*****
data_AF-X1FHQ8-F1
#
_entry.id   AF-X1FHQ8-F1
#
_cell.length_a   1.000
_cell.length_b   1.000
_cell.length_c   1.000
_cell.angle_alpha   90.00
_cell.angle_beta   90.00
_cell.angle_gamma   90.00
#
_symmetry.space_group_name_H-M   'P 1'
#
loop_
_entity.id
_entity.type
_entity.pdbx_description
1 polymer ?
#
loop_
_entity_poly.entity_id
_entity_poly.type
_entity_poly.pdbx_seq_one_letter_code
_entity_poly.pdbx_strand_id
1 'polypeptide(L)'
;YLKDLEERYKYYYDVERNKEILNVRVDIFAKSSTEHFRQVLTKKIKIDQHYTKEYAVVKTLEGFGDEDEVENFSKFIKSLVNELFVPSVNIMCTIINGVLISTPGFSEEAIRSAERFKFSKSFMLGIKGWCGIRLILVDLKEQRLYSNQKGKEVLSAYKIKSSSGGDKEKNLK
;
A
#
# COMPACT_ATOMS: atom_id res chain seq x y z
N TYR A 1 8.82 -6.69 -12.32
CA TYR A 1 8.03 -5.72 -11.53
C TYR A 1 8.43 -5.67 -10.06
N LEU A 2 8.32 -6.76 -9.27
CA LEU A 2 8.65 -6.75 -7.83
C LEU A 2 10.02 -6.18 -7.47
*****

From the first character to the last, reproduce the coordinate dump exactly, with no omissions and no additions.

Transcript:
data_AF-X1FHQ8-F1
#
_entry.id   AF-X1FHQ8-F1
#
_cell.length_a   1.000
_cell.length_b   1.000
_cell.length_c   1.000
_cell.angle_alpha   90.00
_cell.angle_beta   90.00
_cell.angle_gamma   90.00
#
_symmetry.space_group_name_H-M   'P 1'
#
loop_
_entity.id
_entity.type
_entity.pdbx_description
1 polymer ?
#
loop_
_entity_poly.entity_id
_entity_poly.type
_entity_poly.pdbx_seq_one_letter_code
_entity_poly.pdbx_strand_id
1 'polypeptide(L)'
;YLKDLEERYKYYYDVERNKEILNVRVDIFAKSSTEHFRQVLTKKIKIDQHYTKEYAVVKTLEGFGDEDEVENFSKFIKSLVNELFVPSVNIMCTIINGVLISTPGFSEEAIRSAERFKFSKSFMLGIKGWCGIRLILVDLKEQRLYSNQKGKEVLSAYKIKSSSGGDKEKNLK
;
A
#
# COMPACT_ATOMS: atom_id res chain seq x y z
N TYR A 1 8.82 -6.69 -12.32
CA TYR A 1 8.03 -5.72 -11.53
C TYR A 1 8.43 -5.67 -10.06
N LEU A 2 8.32 -6.76 -9.27
CA LEU A 2 8.65 -6.75 -7.83
C LEU A 2 10.02 -6.18 -7.47